Measles Can Cause 'Immune System Amnesia'
Most of us are aware of the complications of measles: high fever, bronchitis, encephalitis (brain swelling), pneumonia, and even death. And so we vaccinate our kids accordingly, to protect them and their neighbors from the dangers of the virus.
Still, others are quick to dismiss the risks of measles as overblown, and choose to forgo vaccination because of numerous (unfounded) fears about the shot. In fact, in the past few years, frightening measles outbreaks have been cropping up all over the country, with experts blaming unvaccinated folks for the upticks.
The thing is, whatever you may think about vaccination, measles is a serious illness—it’s not the same as a bad cold or an annoying rash. According to the CDC, before widespread vaccination in the U.S., 48,000 people were hospitalized each year with measles complications, and about 500 people died yearly from the virus.
This is serious stuff, and if all that isn’t scary enough, it turns out measles has another quality that makes it dangerous AF. According to two new studies—one published in Science, and the other in Science Immunology—measles doesn’t just have the potential to make you very sick, but it can also deplete your ability to combat other viruses in the future.
It’s a phenomenon that doctors are calling “immune system amnesia,” and the idea is that the virus basically wipes out much of the immunity you’ve previously gained, killing antibodies you’ve built up to other scary diseases like pneumonia and the flu.
And these effects can last for YEARS, according to researchers.
This is freaking terrifying, especially if you are the parent of young children. Kids are especially vulnerable to viruses like the measles—and they also have less mature immune systems than the rest of us.
If you have little kids, you are aware of how often they get sick. When my kids were little, it seemed like they caught some bug or other at least once a month, sometimes more. It made sense—their immune systems weren’t fully developed yet, and as much as I hated watching them catch every single virus making its way through my community, I consoled myself with the knowledge that they were strengthening their immune systems.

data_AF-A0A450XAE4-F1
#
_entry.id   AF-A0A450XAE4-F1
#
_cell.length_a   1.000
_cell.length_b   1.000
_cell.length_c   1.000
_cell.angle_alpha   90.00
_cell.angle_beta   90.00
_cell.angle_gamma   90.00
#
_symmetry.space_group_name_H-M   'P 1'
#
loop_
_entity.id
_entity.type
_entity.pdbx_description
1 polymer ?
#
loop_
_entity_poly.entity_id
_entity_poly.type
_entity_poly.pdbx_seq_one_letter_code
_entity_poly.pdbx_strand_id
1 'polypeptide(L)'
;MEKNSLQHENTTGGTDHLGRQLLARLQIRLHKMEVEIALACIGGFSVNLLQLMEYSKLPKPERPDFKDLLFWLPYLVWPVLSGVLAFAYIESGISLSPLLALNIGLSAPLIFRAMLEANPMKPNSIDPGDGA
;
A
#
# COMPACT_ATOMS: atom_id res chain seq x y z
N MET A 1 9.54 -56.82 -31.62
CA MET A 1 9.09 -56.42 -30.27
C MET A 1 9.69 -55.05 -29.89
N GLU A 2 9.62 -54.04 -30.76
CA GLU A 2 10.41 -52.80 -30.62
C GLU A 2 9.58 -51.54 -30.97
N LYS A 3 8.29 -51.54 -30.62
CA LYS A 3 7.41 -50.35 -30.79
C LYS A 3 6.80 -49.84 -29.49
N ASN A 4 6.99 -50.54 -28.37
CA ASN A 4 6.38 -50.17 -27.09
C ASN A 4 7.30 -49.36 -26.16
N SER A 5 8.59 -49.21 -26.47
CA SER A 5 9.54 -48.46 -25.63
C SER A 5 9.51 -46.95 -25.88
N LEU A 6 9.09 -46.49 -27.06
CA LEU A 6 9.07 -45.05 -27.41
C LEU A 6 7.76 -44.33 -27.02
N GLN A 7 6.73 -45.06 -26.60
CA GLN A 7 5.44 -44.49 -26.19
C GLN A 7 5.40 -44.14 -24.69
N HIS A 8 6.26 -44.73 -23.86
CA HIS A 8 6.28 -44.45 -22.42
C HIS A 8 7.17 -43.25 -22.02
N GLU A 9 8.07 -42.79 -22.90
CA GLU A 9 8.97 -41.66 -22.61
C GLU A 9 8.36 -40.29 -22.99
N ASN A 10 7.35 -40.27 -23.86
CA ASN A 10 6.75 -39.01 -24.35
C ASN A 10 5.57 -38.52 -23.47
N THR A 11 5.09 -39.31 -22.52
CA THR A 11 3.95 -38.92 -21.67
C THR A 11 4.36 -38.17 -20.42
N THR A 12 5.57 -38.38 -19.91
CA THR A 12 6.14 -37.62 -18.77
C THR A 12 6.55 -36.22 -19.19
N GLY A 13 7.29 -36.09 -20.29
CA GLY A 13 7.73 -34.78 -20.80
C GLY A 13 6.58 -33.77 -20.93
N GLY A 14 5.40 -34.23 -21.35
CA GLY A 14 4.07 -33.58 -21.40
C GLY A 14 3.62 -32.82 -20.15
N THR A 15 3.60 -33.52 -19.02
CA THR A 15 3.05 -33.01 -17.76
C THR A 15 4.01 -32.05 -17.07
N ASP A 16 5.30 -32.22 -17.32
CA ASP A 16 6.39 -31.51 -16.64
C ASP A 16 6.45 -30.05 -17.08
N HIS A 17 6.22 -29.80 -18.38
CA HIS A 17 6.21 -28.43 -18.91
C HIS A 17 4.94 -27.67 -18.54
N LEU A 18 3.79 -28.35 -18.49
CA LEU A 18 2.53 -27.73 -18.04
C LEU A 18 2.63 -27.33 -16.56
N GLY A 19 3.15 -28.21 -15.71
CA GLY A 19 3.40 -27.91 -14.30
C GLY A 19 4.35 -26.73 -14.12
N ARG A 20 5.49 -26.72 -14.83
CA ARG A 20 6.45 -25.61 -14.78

But if they were to get the measles, all bets would be off.
Thankfully, my kids received their measles vaccinations on schedule. According to the CDC, two doses of measles are 97% effective against the measles. Phew.
It’s hard to understand why anyone would not want to offer this protection to their children, especially considering the fact that complications of measles are not mild—and in fact, can cause long-term immune damage, leaving your child more vulnerable to a host of other dangerous childhood illnesses.
“When parents say no to getting a measles vaccine, you’re not just taking a risk of your kid getting measles, you’re causing them to lose this amazing resource of defenses they’ve built up over the years before measles, and that puts them at risk of catching other infections,” Dr. Michael Mina, lead author of the study published in Science, told the New York Times.
“You’ve got to watch your kid’s back for a few more years,” Dr. Mina added.
The study led by Dr. Mina looked at 77 unvaccinated kids from the Netherlands during a 2013 measles outbreak. Researchers drew blood from the kids before and after they became sick with the measles using VirScan, a tool that measures antibodies levels in blood. They also looked at the bloodwork of children who had not become sick with the virus, comparing both groups.
The researchers found that kids who had gotten the measles had a 11-73% reduction in antibodies, the average loss being about 40%.
JFC, that is absolutely terrifying.
In the other study, published in Science Immunology, researchers studying the same group of children found that measles wiped out these kids’ immune memory B cells. According to Vox, this basically meant that the kids’ immune systems regressed “to an immature, baby-like state.”
“The studies show that measles is more dangerous than we think and can have consequences on our immune system long after the symptoms of measles are gone,” Velislava Petrova, lead author of the Science Immunology paper, told Vox.
Petrova’s main takeaway from her research? Get the damn shot.
Vaccination, according to Petrova, “is important not only to prevent you from measles disease, but also from other secondary infections you can have if you get measles and have your immune system damaged.”
It makes no sense to take that risk, if you ask me. As a parent, why would you take the risk of your child catching a virus that could make them seriously ill, potentially kill them, and possibly wipe out their immune system so that fighting any other serious illnesses in the future becomes much more difficult?
Measles is even worse than we thought, folks. Yet vaccination is a very effective way to protect your children, yourself, and everyone in your community from its devastating effects. Vaccinate, please. There is no good excuse not to.
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